James Holden: some thoughts on throwing drafts away

On Friday evening I managed to complete the first full draft of the story I’m currently working on (I obviously lead a very rock and roll lifestyle). It’s been a long time coming – I’ve been working on this story since mid-October and had hoped to take it to a meeting of the Asylum that we had in mid-November.

Let’s say the story is about a reunion, of sorts. I’d been motoring along with the piece for about a month, gently clocking up a decent word count, fleshing out characters, their backgrounds and dialogue. I’d been redrafting it as I’d been going on to make it tighter and resolving plot points as I progressed. Unusually for me, it’s was quite a plot-heavy piece. I was one evenings work away from being able to circulate it to the group.

But then I decided that the piece just wasn’t working. In fact, it was failing really badly. The only way for me to rescue the piece was to forget about what I’d written up to that point and start again.  

It wasn’t an easy decision to make, in part because I thought that the basic idea behind it was a good one. One of the problems was that I’d invested a lot of time in fashioning a memorable opening scene for the story that I was really loath to lose. As I’d been working out the plot in my head around the time of the Scottish independence referendum, the opening was set at a border crossing between England and Scotland. Looking back, most of my problems started there, really. Because the story wasn’t intended as a utopia, or dystopia, or alternative history of what happened after the referendum. It was meant to be about a reunion, of sorts. But the mechanics of an independent Scotland were intruding on the story too much – plot points had to be changed accommodate this, making it a bit more complicated than it needed to be.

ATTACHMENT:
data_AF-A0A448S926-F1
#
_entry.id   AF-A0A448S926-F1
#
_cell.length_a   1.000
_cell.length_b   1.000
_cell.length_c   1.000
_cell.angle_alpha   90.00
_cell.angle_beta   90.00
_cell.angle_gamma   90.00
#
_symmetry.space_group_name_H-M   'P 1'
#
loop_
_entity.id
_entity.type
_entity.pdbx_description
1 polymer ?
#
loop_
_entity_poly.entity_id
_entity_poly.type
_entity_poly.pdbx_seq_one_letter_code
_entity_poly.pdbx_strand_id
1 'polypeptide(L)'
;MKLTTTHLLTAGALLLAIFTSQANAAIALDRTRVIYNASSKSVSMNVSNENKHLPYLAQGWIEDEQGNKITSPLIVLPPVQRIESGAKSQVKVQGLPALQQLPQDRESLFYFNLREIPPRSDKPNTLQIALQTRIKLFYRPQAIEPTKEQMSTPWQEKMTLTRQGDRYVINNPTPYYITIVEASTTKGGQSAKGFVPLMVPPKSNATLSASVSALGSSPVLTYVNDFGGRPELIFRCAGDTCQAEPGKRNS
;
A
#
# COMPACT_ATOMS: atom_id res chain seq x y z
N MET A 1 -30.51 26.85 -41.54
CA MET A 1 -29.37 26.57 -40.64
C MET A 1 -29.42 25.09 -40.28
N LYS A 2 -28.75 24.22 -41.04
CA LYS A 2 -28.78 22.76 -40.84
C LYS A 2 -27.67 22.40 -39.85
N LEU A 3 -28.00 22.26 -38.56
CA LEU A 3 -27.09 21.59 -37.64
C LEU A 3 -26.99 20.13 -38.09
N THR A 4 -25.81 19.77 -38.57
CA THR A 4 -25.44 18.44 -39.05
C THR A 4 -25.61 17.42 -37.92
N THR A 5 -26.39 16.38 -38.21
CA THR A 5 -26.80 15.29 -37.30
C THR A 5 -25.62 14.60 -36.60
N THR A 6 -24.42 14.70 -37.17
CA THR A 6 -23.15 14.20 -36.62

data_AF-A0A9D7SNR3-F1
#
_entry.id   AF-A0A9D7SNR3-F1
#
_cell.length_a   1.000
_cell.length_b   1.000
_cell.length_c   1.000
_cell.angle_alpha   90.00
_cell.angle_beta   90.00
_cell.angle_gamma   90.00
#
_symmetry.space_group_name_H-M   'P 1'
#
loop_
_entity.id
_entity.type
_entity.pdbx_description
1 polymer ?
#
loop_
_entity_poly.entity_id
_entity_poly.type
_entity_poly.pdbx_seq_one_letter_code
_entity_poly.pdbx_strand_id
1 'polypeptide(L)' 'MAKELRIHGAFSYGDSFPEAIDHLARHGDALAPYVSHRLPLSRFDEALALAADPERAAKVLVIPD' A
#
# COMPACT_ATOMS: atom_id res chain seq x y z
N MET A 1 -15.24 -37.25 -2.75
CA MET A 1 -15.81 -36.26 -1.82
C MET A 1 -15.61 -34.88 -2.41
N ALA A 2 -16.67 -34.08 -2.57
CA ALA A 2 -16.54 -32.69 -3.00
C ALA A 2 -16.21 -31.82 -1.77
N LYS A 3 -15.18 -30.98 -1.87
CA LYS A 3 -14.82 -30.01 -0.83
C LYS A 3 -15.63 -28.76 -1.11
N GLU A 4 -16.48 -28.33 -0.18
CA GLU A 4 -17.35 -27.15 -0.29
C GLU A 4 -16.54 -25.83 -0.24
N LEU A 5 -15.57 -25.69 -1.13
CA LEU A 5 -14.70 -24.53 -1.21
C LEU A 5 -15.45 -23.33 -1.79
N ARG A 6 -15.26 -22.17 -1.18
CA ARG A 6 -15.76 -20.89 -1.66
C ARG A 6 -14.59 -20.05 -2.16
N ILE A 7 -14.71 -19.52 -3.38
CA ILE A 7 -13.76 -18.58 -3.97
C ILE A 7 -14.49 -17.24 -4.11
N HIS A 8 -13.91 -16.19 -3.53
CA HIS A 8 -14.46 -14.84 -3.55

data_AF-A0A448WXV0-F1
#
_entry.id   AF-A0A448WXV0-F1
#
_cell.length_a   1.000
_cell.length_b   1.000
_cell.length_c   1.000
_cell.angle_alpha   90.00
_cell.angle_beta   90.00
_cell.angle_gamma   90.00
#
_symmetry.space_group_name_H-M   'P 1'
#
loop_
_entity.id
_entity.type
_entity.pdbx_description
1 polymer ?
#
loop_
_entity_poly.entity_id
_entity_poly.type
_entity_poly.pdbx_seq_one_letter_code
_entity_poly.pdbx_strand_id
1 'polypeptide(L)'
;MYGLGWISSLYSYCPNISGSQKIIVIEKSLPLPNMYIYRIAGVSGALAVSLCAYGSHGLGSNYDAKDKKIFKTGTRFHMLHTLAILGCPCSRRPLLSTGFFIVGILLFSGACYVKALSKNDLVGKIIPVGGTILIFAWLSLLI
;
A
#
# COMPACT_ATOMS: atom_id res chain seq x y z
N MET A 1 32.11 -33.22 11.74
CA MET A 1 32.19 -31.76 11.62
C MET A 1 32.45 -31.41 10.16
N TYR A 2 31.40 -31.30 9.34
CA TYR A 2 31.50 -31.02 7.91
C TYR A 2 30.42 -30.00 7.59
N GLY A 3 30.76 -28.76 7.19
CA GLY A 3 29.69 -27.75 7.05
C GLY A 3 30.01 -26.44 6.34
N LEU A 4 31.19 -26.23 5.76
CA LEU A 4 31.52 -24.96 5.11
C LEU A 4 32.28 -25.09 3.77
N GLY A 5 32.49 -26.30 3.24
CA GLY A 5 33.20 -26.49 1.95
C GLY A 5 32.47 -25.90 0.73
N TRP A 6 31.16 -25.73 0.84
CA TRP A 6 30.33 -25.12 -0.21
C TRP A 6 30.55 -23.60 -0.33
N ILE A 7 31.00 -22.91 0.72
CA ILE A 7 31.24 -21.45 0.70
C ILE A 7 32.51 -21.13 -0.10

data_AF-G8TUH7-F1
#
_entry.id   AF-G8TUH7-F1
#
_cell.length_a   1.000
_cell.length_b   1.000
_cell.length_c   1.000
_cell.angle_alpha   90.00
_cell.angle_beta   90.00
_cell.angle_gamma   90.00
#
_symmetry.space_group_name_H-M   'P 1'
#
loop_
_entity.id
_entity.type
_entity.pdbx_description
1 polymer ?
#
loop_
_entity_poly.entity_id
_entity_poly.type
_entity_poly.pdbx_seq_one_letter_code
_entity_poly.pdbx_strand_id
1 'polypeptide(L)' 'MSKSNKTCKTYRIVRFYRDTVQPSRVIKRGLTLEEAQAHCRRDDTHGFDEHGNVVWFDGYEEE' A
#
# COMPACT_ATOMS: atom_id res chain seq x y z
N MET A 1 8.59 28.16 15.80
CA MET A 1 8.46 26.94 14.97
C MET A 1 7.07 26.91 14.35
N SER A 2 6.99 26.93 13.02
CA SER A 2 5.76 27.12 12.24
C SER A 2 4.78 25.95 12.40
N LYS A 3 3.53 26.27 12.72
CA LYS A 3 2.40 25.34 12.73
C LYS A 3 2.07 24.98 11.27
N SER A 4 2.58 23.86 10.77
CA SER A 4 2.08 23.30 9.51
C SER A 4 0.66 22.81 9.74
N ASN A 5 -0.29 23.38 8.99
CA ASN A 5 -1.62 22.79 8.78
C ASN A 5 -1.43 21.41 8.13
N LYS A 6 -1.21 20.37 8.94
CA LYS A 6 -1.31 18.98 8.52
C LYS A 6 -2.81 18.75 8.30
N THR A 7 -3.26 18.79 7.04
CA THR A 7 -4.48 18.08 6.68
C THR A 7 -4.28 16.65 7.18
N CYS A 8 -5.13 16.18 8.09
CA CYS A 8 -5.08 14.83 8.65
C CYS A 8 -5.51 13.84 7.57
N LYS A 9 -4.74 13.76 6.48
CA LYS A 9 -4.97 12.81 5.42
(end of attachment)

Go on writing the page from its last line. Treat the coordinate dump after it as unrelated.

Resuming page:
And the characters! I was quite happy with them, but they seemed completely unsuited to the story I’d pulled together. Well, one of them really. I might come back to her at a later date, but she definitely did not fit with what I’d written.

So I decided to stop work on the draft and start on the idea all over again. I now have a completed first draft about a reunion, of sorts, except it now has a much cleaner setting that doesn’t make the plot more complicated than it needs to be.

It did mean that I ended up turning up at the Asylum meeting empty handed. But the interesting thing was that rather than express horror, one of the Asylum members said that my apology for not being able to circulate a story had led him to park a draft and think about starting over himself.

It’s not easy to accept that something isn’t working, because time, effort and love has been invested in all the bits that make a story tick. But sometimes, starting afresh really is the best thing you can do, and helps to make a basic idea work properly. All it needs is a bit of courage.

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About James Holden

Brought up in Yorkshire, James has washed up on the shores of London. He spends his days working as a political geek. His short stories have previously been read by the Liars League.
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